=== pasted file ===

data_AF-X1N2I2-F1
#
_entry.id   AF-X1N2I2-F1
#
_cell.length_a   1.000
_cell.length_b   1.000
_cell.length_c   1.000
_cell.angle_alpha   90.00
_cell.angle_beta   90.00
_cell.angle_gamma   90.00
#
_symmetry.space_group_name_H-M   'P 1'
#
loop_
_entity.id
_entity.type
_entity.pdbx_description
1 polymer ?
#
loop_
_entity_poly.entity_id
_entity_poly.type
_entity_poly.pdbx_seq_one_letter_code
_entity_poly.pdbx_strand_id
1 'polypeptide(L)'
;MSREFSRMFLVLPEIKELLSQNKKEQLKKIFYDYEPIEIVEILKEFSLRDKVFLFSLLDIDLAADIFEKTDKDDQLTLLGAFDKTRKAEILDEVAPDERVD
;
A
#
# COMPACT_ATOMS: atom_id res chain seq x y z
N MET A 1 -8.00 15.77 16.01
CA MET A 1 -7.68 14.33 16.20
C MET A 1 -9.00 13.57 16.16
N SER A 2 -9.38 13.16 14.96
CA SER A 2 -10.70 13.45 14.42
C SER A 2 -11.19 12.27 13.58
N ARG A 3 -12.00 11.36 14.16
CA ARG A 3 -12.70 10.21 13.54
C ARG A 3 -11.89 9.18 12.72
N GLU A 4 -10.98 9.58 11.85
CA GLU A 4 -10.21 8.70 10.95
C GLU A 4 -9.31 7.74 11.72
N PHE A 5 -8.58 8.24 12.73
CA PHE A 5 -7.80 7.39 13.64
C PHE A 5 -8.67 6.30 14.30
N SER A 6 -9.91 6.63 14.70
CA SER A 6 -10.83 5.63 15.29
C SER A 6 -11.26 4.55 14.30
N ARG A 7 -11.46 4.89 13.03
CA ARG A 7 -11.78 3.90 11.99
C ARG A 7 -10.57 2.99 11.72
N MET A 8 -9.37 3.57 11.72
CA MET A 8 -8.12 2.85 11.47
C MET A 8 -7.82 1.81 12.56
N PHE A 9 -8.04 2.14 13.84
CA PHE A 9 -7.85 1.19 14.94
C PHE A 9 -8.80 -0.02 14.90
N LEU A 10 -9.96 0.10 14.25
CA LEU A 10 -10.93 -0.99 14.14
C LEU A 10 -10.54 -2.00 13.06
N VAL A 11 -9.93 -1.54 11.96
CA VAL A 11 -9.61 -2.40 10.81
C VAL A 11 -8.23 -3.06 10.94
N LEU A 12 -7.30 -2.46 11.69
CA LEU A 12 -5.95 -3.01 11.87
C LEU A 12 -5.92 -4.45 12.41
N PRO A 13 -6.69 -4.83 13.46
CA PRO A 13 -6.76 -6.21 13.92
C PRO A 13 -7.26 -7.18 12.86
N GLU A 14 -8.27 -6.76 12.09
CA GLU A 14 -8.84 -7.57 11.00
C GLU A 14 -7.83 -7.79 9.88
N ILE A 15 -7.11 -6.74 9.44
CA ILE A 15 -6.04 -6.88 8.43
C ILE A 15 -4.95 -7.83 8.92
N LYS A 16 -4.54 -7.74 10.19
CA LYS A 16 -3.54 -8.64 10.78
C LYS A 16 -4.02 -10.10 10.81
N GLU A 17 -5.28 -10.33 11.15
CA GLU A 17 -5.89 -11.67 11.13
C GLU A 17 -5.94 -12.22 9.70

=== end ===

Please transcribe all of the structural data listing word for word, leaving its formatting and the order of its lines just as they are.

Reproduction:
data_AF-X1N2I2-F1
#
_entry.id   AF-X1N2I2-F1
#
_cell.length_a   1.000
_cell.length_b   1.000
_cell.length_c   1.000
_cell.angle_alpha   90.00
_cell.angle_beta   90.00
_cell.angle_gamma   90.00
#
_symmetry.space_group_name_H-M   'P 1'
#
loop_
_entity.id
_entity.type
_entity.pdbx_description
1 polymer ?
#
loop_
_entity_poly.entity_id
_entity_poly.type
_entity_poly.pdbx_seq_one_letter_code
_entity_poly.pdbx_strand_id
1 'polypeptide(L)'
;MSREFSRMFLVLPEIKELLSQNKKEQLKKIFYDYEPIEIVEILKEFSLRDKVFLFSLLDIDLAADIFEKTDKDDQLTLLGAFDKTRKAEILDEVAPDERVD
;
A
#
# COMPACT_ATOMS: atom_id res chain seq x y z
N MET A 1 -8.00 15.77 16.01
CA MET A 1 -7.68 14.33 16.20
C MET A 1 -9.00 13.57 16.16
N SER A 2 -9.38 13.16 14.96
CA SER A 2 -10.70 13.45 14.42
C SER A 2 -11.19 12.27 13.58
N ARG A 3 -12.00 11.36 14.16
CA ARG A 3 -12.70 10.21 13.54
C ARG A 3 -11.89 9.18 12.72
N GLU A 4 -10.98 9.58 11.85
CA GLU A 4 -10.21 8.70 10.95
C GLU A 4 -9.31 7.74 11.72
N PHE A 5 -8.58 8.24 12.73
CA PHE A 5 -7.80 7.39 13.64
C PHE A 5 -8.67 6.30 14.30
N SER A 6 -9.91 6.63 14.70
CA SER A 6 -10.83 5.63 15.29
C SER A 6 -11.26 4.55 14.30
N ARG A 7 -11.46 4.89 13.03
CA ARG A 7 -11.78 3.90 11.99
C ARG A 7 -10.57 2.99 11.72
N MET A 8 -9.37 3.57 11.72
CA MET A 8 -8.12 2.85 11.47
C MET A 8 -7.82 1.81 12.56
N PHE A 9 -8.04 2.14 13.84
CA PHE A 9 -7.85 1.19 14.94
C PHE A 9 -8.80 -0.02 14.90
N LEU A 10 -9.96 0.10 14.25
CA LEU A 10 -10.93 -0.99 14.14
C LEU A 10 -10.54 -2.00 13.06
N VAL A 11 -9.93 -1.54 11.96
CA VAL A 11 -9.61 -2.40 10.81
C VAL A 11 -8.23 -3.06 10.94
N LEU A 12 -7.30 -2.46 11.69
CA LEU A 12 -5.95 -3.01 11.87
C LEU A 12 -5.92 -4.45 12.41
N PRO A 13 -6.69 -4.83 13.46
CA PRO A 13 -6.76 -6.21 13.92
C PRO A 13 -7.26 -7.18 12.86
N GLU A 14 -8.27 -6.76 12.09
CA GLU A 14 -8.84 -7.57 11.00
C GLU A 14 -7.83 -7.79 9.88
N ILE A 15 -7.11 -6.74 9.44
CA ILE A 15 -6.04 -6.88 8.43
C ILE A 15 -4.95 -7.83 8.92
N LYS A 16 -4.54 -7.74 10.19
CA LYS A 16 -3.54 -8.64 10.78
C LYS A 16 -4.02 -10.10 10.81
N GLU A 17 -5.28 -10.33 11.15
CA GLU A 17 -5.89 -11.67 11.13
C GLU A 17 -5.94 -12.22 9.70